Help Filling Out Divorce Papers

Updated March 16, 2017

Filing for divorce involves a great deal of legal paperwork, and you're probably going to need help making sense of it. The best way to protect your interests, of course, is to have a qualified and experienced divorce lawyer. But if you cannot afford a lawyer, or choose not to retain one, there are resources in your community that can assist you in filling out divorce papers.

Legal Aid

Contact the Legal Aid organisation in your community. Legal Aid helps people who cannot afford a private lawyer, including for divorce cases. Many Legal Aid offices can provide standard forms and basic information on how to prepare them. You may also qualify for representation by a Legal Aid lawyer. Qualification is based on income.

Law School Clinics

Contact a local law school. Most law schools in the United States have clinical programs for students in their final year. Law students in these programs have temporary authorisation to represent people in certain types of cases, under the supervision of licensed attorneys. These clinics may offer both standard forms for divorce cases and information on filling them out. As with Legal Aid, you may qualify for direct representation from the law clinic.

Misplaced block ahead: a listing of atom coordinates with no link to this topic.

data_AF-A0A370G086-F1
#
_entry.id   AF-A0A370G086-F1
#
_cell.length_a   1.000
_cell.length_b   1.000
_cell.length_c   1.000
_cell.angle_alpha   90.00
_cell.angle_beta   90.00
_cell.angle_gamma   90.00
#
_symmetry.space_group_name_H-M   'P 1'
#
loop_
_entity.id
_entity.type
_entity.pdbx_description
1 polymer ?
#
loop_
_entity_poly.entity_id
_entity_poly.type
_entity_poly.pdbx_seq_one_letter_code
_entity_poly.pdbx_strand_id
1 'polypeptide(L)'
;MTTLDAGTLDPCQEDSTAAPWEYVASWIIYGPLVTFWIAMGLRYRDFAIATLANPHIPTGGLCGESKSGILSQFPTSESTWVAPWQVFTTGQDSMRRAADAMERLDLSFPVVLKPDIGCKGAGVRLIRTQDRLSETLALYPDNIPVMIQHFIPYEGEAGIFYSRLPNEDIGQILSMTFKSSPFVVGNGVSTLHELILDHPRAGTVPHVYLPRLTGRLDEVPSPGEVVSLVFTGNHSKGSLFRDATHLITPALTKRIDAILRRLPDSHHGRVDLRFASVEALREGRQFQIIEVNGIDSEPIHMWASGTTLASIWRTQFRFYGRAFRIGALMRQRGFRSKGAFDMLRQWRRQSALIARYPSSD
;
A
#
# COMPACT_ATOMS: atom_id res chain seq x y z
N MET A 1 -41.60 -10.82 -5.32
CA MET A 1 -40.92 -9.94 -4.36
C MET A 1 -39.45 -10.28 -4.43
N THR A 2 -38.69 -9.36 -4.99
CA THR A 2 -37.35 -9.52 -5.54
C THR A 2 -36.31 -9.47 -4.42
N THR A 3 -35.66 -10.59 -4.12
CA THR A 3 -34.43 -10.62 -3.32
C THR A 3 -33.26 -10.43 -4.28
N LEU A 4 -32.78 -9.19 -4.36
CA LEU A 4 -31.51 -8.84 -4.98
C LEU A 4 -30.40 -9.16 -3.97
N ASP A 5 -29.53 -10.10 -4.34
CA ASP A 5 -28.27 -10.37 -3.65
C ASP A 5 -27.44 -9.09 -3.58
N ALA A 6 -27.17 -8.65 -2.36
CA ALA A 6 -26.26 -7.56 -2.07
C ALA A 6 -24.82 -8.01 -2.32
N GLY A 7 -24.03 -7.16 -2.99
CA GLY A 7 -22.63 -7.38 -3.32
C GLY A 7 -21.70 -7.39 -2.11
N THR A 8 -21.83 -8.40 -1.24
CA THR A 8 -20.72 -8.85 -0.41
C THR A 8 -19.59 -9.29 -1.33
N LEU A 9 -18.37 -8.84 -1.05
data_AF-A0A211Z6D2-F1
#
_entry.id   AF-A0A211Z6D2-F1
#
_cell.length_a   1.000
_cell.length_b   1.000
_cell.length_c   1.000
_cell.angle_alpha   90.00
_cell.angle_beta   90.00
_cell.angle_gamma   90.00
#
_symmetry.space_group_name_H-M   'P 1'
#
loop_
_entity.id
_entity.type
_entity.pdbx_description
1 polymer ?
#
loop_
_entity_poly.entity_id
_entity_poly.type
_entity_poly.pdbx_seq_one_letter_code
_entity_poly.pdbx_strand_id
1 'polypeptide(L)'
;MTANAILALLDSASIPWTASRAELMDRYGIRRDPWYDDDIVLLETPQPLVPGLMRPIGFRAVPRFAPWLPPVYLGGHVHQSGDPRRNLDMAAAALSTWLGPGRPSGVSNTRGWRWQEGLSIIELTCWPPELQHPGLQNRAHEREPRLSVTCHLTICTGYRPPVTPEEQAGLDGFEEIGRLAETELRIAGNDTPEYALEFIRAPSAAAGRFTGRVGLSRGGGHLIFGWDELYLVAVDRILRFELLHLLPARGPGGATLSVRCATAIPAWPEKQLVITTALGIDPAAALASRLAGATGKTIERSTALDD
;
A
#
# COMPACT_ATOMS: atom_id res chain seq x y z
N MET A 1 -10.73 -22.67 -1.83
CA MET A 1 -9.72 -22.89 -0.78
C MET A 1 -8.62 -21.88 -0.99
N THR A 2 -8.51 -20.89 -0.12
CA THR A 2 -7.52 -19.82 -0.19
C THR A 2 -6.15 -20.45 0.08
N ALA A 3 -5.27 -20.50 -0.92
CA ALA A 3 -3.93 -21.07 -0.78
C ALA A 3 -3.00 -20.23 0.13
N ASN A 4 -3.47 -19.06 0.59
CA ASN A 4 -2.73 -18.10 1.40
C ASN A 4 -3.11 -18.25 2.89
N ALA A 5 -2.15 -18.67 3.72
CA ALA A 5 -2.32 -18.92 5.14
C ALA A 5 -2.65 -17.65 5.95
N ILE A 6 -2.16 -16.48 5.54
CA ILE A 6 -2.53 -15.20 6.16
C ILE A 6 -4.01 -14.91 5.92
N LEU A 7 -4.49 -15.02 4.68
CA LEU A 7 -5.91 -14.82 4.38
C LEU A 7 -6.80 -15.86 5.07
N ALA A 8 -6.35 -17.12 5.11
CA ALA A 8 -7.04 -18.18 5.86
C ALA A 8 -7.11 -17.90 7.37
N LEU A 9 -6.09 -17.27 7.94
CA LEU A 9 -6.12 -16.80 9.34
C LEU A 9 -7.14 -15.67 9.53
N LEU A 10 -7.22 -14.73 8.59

Court Clerk's Office

Visit your local court clerk's office. Typically, this office will have standardised forms that you can use for your divorce case. More often than not, however, the office staff won't be able to provide anything more than rudimentary information on filling them out. They are not allowed to give legal advice of any kind. That said, the court clerk can probably furnish written instructions on how the forms must be completed to be filed with the court. One benefit of this resource is that the information will be specifically tailored to comply with that court's procedures.

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About the Author

Mike Broemmel began writing in 1982. He is an author/lecturer with two novels on the market internationally, "The Shadow Cast" and "The Miller Moth." Broemmel served on the staff of the White House Office of Media Relations. He holds a Bachelor of Arts in journalism and political science from Benedictine College and a Juris Doctorate from Washburn University. He also attended Brunel University, London.